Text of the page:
This beautiful two-toned mask was created by the Mossi people of Burkina Faso. When danced, the wearer of the Wan-Zega style of mask behaves aggressively and used whips to keep the crowds back. This particular piece stands 43 inches on its own and 51 inches on its custom base. It’s in good condition with minor imperfections.
|Type of Object||
Mask with stand
|Country of Origin||
43" Mask, 51" w/ Stand
9.5" mask , 12" w/ Stand
7.5" mask, 12" w/ Stand
10lb Mask, 18lbs w/ Stand
Wan Zega Mask
37 to 48 Inches (92-122cm), 49 to 60 Inches (122-152cm)
About the Mossi People
“The various tribes living in Burkina Faso (formerly Upper-Volta), Ghana and Togo cultivate millet and cotton, and rear cattle in the northern savannah regions. Their religious activities are dictated by the rhythm of the seasons – during the dry season in particular, when the fields are fallow, large festivals and ceremonies are organized.
The first Mossi empire was founded during the 15thcentury by invaders from northern Ghana. Today, the Mossi are the largest tribe living in Burkina Faso. They number 2,000,000 and are the only tribe discussed in this chapter who have a centralized governing body, in addition to clans and professional corporations led by elders known as Zaksoba.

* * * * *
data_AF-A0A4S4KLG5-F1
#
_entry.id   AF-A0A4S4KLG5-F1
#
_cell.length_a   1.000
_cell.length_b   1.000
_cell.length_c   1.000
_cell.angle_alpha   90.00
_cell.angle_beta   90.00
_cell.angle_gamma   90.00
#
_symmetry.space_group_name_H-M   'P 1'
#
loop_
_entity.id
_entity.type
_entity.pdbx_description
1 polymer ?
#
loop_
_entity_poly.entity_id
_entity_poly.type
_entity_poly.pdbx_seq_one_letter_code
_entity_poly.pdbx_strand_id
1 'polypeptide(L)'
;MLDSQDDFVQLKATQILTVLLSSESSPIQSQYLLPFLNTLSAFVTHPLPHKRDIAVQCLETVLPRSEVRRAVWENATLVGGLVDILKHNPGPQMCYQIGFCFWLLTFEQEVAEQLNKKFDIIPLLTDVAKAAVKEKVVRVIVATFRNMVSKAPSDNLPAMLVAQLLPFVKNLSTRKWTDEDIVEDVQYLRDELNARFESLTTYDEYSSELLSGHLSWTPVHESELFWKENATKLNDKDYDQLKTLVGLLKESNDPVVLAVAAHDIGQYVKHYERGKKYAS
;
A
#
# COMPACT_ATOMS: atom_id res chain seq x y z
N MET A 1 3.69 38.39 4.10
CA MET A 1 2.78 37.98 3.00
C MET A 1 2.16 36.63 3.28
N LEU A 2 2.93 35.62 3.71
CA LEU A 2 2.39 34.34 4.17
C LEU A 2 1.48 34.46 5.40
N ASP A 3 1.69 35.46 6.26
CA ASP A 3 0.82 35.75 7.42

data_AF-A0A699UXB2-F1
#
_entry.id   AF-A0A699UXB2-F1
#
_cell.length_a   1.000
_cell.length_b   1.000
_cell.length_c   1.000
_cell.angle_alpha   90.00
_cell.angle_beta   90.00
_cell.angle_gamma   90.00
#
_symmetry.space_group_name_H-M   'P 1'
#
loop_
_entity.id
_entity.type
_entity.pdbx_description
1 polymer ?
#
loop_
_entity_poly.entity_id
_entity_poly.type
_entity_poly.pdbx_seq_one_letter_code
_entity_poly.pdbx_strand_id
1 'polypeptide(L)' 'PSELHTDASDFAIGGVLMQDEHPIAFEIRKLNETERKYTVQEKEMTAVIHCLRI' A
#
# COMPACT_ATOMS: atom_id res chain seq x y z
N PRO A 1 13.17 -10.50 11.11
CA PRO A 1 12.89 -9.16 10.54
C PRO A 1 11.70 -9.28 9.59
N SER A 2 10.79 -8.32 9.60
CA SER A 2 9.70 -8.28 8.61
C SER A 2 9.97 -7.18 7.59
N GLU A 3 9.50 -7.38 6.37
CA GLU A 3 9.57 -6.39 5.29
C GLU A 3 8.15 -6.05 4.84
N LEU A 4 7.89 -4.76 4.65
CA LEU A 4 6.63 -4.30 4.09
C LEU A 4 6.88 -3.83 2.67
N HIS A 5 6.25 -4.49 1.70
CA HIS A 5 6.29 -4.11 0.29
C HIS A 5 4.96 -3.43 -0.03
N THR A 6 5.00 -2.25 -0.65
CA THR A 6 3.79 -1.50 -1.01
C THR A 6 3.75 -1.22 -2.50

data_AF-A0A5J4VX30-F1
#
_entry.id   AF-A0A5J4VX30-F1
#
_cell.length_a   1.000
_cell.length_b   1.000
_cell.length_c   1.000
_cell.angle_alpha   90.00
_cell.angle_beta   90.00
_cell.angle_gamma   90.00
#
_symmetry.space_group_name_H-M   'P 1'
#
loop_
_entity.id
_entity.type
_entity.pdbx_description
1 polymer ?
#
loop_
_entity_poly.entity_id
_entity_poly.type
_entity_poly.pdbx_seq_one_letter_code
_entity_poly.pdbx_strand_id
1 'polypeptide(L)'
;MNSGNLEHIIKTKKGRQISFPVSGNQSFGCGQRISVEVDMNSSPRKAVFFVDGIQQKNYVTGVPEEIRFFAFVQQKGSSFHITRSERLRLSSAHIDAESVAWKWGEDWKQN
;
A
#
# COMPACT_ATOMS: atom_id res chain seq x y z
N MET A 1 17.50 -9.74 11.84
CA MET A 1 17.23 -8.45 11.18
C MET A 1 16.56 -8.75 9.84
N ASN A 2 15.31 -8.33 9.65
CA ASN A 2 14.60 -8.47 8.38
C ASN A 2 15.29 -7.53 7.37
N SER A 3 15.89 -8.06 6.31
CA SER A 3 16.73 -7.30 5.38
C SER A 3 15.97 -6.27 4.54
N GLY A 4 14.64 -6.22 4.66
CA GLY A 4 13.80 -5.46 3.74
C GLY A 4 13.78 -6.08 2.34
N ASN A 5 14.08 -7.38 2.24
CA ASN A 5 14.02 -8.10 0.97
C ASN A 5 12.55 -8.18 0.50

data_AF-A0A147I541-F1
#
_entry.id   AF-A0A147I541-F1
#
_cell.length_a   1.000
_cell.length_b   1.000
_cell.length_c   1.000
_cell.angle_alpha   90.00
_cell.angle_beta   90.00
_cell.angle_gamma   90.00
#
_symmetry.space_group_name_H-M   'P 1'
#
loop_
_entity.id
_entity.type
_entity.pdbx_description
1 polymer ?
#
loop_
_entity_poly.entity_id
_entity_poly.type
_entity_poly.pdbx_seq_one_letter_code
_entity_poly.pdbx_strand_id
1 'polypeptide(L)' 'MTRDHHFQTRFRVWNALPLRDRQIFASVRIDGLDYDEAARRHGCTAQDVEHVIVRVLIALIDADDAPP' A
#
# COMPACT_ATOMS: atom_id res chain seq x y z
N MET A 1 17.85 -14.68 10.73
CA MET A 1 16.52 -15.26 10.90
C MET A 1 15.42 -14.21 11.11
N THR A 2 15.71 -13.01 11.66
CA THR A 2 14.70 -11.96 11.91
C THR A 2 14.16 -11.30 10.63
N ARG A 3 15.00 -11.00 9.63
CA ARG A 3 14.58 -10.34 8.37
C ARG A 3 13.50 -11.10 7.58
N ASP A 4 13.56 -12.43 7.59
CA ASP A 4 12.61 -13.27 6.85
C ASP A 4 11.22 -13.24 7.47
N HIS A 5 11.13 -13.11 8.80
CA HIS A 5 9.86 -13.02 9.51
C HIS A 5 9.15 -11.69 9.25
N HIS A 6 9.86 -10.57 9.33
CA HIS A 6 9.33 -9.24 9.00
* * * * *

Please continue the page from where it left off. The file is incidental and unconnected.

Mossi sculptors are famous for their polychrome masks which are worn during funeral ceremonies and to guard crop. These masks – which have a totemic role – are stored carefully when not worn and are given libations in exchange for help in everyday Mossi life.”
Baquart, Jean-Baptiste. The Tribal Arts of Africa. New York: Thames and Hudson Inc. 1998. Print.
About the Wan Zega Mask
The Wan Zega, or red mask, is danced as part of a trio during special ceremonies. The Wan Zega is known to behave aggressively during performances, chasing onlookers and using whips to keep the masses back from the performance area. The dancer would also dress in pants made from red hemp which would allow him to run fast and perhaps catch a member of the audience. From the top of the mask, a long pole is attached and covered in a thick layer of long red fibers, from which a heavy sack of traditional medicine swings freely when the mask is danced.